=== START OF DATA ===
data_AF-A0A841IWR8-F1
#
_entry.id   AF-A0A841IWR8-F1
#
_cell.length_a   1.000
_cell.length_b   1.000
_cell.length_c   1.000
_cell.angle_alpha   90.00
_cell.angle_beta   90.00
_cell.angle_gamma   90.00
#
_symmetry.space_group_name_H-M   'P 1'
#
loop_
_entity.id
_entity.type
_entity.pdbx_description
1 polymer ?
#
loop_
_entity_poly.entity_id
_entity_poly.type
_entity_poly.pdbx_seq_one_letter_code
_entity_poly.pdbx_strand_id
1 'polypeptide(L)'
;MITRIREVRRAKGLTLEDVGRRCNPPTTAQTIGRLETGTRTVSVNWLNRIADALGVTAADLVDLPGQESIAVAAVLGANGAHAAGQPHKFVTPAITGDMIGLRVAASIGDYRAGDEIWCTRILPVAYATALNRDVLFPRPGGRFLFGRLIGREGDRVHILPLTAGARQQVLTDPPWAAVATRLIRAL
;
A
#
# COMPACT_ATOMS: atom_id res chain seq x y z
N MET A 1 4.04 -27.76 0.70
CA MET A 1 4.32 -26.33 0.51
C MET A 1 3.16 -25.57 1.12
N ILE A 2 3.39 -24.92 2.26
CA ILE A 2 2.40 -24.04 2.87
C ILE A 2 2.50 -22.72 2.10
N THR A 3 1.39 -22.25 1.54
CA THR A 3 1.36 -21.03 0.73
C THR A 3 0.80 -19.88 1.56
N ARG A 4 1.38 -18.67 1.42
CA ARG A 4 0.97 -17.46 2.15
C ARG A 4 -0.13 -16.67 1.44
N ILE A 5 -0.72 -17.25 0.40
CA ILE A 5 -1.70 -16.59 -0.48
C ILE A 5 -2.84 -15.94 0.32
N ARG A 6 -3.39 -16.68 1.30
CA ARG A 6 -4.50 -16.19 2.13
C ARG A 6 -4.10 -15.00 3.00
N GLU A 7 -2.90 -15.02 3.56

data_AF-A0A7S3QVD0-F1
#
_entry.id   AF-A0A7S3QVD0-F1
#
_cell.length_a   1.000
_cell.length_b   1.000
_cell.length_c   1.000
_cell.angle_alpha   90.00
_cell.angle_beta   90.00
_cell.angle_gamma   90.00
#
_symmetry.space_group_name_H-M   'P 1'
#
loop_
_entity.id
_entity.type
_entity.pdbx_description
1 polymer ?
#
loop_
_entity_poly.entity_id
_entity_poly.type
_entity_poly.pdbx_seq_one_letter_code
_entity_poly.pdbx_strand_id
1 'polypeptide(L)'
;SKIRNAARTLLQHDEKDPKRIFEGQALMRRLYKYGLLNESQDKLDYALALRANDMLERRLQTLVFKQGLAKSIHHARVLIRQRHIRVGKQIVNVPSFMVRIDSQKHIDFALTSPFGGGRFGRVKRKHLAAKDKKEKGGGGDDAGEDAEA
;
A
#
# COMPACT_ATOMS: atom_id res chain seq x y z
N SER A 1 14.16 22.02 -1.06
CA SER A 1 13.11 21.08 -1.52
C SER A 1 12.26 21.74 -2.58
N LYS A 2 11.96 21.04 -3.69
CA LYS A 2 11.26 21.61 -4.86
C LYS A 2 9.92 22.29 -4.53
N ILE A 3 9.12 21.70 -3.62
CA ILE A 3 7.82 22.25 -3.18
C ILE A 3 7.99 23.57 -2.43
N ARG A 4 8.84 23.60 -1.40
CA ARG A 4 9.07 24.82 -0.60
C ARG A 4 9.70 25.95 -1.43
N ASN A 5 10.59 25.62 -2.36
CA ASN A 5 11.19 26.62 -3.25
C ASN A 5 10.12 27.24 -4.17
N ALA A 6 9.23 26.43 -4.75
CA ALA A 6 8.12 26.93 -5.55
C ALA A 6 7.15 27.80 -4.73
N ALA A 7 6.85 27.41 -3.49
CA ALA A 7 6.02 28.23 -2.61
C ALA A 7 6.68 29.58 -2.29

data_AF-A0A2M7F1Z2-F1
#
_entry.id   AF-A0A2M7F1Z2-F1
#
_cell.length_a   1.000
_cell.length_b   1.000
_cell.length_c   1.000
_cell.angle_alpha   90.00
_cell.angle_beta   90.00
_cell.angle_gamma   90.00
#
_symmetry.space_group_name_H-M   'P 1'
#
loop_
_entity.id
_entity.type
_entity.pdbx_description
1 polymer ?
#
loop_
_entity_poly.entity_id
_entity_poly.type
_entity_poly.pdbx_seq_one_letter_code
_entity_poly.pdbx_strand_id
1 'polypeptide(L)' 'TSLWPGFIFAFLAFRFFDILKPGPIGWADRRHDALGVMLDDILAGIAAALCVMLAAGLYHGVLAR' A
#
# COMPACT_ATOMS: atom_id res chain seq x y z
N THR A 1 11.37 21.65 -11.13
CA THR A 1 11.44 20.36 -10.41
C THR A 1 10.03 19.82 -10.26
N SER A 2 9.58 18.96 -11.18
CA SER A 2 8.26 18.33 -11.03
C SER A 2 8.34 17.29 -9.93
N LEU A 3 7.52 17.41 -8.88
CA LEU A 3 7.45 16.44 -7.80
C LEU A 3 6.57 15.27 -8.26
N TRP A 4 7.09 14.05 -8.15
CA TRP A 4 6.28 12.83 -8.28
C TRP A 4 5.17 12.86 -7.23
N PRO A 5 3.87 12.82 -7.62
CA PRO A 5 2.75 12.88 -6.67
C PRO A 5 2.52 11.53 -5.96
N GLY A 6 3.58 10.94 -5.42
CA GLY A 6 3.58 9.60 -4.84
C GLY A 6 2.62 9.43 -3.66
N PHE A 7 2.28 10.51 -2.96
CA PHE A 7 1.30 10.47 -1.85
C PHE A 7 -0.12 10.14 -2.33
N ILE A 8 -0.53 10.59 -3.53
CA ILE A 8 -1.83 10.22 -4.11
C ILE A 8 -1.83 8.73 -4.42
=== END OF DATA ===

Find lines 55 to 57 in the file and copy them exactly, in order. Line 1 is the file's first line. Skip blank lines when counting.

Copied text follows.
_cell.length_b   1.000
_cell.length_c   1.000
_cell.angle_alpha   90.00